Hazard and risk
The best way this was explained to me was the example of a great white shark in an aquarium. The hazard it poses is extremely high—it would likely kill you in a few seconds, but as a visitor safely on the other side of sixty centimetres of plexiglass, the risk of you being harmed is extremely low.
It’s difficult to mislead masses of people about the hazard of something, particularly something common. We seem to have good instincts for weighing these things up. It’s far easier to mislead people by distorting the risk.
Many of the cognitive biases we are susceptible to affect our ability to evaluate risk.
Availability bias misleads us that if other people are talking about it, the risk must be high.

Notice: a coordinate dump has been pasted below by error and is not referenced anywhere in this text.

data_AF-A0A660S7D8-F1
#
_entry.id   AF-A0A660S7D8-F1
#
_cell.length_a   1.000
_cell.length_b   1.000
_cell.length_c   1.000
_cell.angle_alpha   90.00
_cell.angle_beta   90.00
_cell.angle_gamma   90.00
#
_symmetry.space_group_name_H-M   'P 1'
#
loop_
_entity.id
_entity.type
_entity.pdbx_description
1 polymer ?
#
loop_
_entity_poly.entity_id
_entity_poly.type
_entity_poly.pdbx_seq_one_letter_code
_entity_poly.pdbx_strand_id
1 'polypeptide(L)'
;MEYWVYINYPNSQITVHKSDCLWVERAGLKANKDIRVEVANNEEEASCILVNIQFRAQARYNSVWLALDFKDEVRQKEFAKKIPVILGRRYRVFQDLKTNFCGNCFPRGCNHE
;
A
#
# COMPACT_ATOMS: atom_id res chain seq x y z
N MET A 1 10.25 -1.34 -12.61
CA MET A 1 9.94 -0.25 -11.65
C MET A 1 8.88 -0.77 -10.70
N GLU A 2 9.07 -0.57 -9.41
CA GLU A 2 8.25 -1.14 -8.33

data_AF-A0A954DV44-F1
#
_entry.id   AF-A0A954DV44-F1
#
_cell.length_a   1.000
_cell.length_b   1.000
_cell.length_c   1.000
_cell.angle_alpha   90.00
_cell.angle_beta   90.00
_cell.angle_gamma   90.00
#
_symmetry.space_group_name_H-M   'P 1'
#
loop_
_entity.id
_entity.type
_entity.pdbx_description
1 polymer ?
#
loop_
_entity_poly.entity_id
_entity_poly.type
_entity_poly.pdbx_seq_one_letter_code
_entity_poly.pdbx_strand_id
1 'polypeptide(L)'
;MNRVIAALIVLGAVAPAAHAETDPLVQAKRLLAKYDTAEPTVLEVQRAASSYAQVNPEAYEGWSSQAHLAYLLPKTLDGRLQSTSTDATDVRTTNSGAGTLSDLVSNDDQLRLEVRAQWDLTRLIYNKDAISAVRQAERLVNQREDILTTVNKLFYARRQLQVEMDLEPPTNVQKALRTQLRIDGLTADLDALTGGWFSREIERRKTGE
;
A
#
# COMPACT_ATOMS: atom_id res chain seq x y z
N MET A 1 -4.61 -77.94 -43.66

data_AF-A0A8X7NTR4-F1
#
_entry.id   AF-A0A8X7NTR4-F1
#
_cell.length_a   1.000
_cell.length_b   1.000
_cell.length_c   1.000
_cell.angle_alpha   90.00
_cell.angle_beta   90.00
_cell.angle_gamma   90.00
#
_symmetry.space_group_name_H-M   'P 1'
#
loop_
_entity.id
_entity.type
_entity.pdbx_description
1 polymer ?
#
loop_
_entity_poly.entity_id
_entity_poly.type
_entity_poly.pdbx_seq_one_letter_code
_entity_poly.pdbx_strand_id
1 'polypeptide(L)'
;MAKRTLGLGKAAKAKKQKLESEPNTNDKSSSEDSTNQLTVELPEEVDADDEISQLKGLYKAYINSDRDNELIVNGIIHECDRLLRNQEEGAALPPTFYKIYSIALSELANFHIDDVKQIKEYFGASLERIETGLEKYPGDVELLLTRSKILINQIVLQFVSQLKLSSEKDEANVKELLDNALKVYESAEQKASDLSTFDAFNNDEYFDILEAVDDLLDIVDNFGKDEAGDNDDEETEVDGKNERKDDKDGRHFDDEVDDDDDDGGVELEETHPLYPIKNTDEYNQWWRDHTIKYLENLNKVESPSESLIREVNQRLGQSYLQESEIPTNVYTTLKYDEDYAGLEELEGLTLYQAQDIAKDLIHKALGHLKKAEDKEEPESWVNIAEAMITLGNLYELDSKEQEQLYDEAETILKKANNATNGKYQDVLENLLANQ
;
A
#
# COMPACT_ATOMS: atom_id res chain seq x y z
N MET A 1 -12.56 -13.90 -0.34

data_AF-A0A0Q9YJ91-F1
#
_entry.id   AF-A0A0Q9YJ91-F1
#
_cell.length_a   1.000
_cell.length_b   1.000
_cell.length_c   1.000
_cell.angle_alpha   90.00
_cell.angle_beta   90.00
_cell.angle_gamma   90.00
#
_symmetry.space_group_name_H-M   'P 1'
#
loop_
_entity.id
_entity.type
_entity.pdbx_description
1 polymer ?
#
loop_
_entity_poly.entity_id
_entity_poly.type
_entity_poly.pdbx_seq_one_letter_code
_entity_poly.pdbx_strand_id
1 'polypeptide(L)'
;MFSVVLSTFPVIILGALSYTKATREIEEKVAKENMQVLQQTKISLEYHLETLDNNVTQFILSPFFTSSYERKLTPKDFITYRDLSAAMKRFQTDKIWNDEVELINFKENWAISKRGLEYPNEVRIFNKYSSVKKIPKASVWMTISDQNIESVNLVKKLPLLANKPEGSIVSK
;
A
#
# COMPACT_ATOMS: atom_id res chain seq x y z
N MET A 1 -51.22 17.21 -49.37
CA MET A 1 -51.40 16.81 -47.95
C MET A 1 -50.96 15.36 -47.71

Groupthink bias misleads us that if other people believe it’s a risk, then it must be.
Anchoring bias misleads us that if we are initially told something is a risk, then we should continue to consider it a risk.
Confirmation bias misleads us that if we believe it’s a risk, we must be right.
Media outlets and politicians play on these biases (and others), to convince you that the risk something poses is greater than it really is.
Understanding the difference between hazard and risk, and learning how to better evaluate risk, can help you think more clearly while others are running for the hills.